How SpaceX’s Falcon Heavy Just Muscled Its Way Into a $130 Million Military Contract

June 22, 2018, 9:42 AM UTC

SpaceX beat out United Launch Alliance once again.

Elon Musk’s aerospace company won its first contract to launch a classified military satellite on its Falcon Heavy rocket, beating out ULA, a joint venture between heavy-hitters Boeing and Lockheed Martin.

SpaceX first disrupted ULA’s long-held monopoly on military launch contracts with a contract win in 2016.

The Falcon Heavy rocket is due to launch with the government’s AFSPC-52 satellite in 2020 from Kennedy Space Center in Florida. The contract, which cost the Air Force $130 million, is actually a much smaller sum than the average cost to launch ULA’s Delta IV.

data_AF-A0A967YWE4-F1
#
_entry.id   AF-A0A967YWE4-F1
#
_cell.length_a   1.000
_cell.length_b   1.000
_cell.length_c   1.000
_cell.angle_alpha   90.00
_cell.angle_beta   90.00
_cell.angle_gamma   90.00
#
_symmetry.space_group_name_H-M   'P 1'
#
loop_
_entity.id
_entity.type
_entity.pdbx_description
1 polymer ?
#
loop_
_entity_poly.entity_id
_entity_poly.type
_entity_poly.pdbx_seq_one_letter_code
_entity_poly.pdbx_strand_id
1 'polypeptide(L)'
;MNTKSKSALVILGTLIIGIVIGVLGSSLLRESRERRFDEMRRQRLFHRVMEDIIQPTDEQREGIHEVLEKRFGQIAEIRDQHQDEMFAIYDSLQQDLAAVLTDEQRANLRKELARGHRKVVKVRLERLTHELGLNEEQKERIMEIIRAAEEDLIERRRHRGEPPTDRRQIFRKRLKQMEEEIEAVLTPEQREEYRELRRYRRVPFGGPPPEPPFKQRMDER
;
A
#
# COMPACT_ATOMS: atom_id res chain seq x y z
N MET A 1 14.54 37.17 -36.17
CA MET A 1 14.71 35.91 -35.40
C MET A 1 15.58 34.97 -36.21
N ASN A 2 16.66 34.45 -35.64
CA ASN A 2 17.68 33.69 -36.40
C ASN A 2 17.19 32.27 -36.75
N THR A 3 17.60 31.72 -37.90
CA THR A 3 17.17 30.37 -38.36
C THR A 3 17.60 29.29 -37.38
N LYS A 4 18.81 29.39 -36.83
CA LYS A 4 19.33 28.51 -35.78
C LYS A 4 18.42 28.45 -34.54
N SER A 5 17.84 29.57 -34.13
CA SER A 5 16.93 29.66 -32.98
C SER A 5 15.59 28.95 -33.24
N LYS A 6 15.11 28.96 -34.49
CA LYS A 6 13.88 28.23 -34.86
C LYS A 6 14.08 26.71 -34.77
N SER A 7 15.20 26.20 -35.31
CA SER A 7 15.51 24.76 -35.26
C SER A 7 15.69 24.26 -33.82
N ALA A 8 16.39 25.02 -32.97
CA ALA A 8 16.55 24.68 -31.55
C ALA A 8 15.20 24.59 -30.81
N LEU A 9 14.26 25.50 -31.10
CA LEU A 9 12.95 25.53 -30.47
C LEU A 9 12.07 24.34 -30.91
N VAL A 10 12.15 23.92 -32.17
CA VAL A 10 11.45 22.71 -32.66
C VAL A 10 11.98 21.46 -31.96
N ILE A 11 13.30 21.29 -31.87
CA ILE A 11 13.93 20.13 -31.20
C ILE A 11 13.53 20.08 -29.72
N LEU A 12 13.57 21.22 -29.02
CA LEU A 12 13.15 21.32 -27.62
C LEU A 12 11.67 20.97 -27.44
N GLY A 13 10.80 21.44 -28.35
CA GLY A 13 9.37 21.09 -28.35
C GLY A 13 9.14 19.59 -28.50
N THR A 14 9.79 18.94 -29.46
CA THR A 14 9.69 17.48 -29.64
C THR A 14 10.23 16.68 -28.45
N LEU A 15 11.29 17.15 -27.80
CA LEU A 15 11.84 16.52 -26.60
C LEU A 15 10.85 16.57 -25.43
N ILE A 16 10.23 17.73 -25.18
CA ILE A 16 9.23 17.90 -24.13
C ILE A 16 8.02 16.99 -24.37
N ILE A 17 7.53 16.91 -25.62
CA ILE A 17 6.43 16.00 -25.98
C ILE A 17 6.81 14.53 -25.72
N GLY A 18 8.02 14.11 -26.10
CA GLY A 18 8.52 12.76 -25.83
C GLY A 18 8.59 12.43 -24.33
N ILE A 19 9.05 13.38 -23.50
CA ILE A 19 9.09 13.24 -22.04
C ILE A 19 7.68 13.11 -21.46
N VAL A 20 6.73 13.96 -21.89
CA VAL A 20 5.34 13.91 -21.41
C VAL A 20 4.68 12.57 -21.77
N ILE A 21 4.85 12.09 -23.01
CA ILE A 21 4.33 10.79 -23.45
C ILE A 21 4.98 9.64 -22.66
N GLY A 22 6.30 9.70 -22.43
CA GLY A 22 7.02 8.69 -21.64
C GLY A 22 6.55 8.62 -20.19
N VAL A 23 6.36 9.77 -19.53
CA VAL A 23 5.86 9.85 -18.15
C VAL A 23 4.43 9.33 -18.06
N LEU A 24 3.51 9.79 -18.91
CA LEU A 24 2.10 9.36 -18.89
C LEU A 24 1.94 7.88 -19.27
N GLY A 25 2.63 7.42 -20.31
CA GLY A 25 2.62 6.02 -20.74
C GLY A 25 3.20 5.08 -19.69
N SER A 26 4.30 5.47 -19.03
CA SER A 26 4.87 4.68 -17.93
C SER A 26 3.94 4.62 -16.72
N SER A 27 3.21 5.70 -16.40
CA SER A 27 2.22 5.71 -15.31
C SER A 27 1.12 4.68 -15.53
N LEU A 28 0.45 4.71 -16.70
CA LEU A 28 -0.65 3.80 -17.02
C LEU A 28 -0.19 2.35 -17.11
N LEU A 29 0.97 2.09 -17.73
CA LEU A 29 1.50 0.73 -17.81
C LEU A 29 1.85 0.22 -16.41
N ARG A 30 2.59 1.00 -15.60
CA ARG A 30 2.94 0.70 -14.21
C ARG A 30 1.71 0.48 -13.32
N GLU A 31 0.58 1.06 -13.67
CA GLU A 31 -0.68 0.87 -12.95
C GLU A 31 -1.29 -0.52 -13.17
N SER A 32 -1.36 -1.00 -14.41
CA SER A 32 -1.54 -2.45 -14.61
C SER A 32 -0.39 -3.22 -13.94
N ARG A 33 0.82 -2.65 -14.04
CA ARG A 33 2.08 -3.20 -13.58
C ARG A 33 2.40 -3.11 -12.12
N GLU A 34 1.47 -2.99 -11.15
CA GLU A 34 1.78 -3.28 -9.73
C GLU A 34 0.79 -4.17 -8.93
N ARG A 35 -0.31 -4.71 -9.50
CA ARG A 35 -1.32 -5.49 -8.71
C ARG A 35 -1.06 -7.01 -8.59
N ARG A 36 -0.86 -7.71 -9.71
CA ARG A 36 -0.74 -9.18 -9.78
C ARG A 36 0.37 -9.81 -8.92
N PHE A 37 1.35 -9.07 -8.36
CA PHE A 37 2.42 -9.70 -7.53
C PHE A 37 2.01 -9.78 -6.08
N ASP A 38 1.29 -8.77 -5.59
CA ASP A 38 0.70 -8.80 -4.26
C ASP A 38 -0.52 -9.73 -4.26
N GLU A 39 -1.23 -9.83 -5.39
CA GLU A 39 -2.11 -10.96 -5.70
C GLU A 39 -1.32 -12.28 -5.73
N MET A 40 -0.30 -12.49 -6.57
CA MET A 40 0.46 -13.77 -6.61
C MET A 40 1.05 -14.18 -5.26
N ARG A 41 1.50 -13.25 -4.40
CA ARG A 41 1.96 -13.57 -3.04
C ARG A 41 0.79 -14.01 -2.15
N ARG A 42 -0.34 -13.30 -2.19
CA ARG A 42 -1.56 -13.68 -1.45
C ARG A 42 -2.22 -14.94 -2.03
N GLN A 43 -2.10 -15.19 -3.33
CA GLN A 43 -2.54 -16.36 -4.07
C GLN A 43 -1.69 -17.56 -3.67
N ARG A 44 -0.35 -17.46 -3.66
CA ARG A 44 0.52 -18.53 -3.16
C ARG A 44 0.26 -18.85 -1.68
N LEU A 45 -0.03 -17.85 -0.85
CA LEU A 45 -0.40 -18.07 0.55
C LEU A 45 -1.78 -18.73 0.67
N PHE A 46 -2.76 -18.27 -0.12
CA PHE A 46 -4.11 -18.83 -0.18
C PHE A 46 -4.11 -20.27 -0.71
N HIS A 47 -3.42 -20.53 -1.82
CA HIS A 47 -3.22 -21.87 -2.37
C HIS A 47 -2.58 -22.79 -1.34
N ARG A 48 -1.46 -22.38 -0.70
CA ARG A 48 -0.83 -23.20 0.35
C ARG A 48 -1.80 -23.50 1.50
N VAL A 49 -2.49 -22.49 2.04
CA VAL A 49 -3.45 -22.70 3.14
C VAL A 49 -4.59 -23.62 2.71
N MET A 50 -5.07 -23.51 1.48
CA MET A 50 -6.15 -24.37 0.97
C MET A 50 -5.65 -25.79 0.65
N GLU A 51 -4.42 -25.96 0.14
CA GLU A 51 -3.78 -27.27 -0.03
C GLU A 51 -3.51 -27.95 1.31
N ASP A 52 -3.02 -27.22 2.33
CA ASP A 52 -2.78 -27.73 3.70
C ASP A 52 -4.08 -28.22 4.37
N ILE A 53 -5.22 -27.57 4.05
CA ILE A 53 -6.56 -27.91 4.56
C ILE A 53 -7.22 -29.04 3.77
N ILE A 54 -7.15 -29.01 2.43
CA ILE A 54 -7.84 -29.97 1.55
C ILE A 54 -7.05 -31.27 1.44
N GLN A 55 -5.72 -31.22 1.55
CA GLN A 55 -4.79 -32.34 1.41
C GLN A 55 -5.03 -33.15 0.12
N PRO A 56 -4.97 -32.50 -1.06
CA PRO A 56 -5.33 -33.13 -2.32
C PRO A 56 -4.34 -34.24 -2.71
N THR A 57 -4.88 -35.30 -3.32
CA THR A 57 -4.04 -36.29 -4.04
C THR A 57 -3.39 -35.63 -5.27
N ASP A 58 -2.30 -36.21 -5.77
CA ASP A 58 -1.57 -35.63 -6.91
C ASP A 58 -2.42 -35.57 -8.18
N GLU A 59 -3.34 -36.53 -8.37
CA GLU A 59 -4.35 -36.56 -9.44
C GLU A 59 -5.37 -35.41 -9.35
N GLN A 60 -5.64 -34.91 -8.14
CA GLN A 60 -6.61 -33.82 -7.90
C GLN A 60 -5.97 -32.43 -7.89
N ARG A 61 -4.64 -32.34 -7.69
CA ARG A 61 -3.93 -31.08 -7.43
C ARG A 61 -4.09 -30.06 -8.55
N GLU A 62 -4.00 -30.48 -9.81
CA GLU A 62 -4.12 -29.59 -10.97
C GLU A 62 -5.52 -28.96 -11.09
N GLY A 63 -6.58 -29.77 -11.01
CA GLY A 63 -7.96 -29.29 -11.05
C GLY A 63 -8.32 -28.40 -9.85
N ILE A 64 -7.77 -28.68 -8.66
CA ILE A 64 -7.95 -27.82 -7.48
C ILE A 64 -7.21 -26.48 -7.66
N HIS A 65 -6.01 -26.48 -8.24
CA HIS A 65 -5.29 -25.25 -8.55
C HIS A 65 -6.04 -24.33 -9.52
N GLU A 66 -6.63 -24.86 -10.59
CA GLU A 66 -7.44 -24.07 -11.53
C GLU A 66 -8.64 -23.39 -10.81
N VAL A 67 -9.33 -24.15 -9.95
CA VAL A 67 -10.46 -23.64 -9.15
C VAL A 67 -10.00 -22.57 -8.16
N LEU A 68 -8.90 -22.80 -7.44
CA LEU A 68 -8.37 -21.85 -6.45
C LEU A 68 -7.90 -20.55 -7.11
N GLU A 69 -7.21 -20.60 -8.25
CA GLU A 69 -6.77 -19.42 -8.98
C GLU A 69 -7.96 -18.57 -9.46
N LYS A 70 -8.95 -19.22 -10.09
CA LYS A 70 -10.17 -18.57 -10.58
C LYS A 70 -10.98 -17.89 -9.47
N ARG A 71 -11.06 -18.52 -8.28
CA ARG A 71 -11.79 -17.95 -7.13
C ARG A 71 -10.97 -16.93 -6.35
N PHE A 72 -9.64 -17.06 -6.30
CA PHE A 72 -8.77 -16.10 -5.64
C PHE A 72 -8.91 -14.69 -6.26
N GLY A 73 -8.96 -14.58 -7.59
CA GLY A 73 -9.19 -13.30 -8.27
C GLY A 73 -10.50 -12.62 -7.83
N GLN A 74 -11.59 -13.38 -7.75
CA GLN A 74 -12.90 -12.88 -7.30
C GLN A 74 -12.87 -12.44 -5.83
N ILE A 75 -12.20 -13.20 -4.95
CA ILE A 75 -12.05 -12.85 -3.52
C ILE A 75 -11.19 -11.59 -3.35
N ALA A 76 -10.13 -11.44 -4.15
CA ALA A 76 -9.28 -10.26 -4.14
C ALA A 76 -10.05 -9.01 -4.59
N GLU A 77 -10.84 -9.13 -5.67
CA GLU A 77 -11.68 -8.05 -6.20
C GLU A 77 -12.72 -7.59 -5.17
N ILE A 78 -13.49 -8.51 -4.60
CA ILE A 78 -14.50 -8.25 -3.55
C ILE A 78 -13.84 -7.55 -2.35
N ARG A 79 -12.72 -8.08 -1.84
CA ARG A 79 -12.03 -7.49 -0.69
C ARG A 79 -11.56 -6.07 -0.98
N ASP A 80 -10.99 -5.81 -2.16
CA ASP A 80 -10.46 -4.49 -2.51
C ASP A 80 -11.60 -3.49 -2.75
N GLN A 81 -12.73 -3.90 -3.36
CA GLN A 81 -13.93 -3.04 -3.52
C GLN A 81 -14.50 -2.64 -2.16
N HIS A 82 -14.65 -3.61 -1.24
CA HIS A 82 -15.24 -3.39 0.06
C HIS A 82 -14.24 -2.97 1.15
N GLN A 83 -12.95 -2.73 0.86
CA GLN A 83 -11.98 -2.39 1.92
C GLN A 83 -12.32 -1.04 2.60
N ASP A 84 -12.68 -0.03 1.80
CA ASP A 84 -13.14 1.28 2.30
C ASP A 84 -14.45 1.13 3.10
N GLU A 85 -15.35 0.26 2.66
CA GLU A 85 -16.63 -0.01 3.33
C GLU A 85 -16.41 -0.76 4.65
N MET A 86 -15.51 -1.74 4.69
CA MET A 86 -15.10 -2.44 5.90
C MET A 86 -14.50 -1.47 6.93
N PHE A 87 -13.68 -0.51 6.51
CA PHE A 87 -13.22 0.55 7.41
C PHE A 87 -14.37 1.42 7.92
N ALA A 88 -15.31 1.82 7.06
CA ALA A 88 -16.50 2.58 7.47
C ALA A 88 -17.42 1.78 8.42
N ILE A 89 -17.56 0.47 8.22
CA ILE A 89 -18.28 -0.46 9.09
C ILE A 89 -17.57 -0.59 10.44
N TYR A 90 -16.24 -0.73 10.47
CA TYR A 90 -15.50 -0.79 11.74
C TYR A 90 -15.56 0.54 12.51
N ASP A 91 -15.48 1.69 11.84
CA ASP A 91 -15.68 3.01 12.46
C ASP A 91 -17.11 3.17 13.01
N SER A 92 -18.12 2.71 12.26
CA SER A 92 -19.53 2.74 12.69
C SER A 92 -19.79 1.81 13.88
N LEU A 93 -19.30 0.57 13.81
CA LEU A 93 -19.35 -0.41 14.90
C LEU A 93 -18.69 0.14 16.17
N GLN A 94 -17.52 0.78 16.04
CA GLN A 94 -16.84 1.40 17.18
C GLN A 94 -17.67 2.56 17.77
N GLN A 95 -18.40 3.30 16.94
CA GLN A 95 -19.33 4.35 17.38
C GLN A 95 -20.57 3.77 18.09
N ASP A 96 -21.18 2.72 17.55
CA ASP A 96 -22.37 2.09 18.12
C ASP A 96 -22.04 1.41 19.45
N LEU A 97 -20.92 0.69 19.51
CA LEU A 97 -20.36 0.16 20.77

The Falcon Heavy is not only cheaper to launch, but is also the world’s largest and most powerful rocket, offering it a distinct advantage as SpaceX tries to disrupt launch contracting for both aerospace and national security projects.

“On behalf of all of our employees, I want to thank the Air Force for certifying Falcon Heavy, awarding us this critically important mission, and for their trust and confidence in our company,” said SpaceX president Gwynne Shotwell in a statement. “SpaceX is pleased to continue offering the American taxpayer the most cost-effective, reliable launch services for vital national security space missions.”

SpaceX successfully launched the Falcon Heavy rocket for the first time in February after seven years of development and testing. That the company was able to win an Air Force contract is an indication of the government’s confidence in its rocket, and could pave the way for further contracts.

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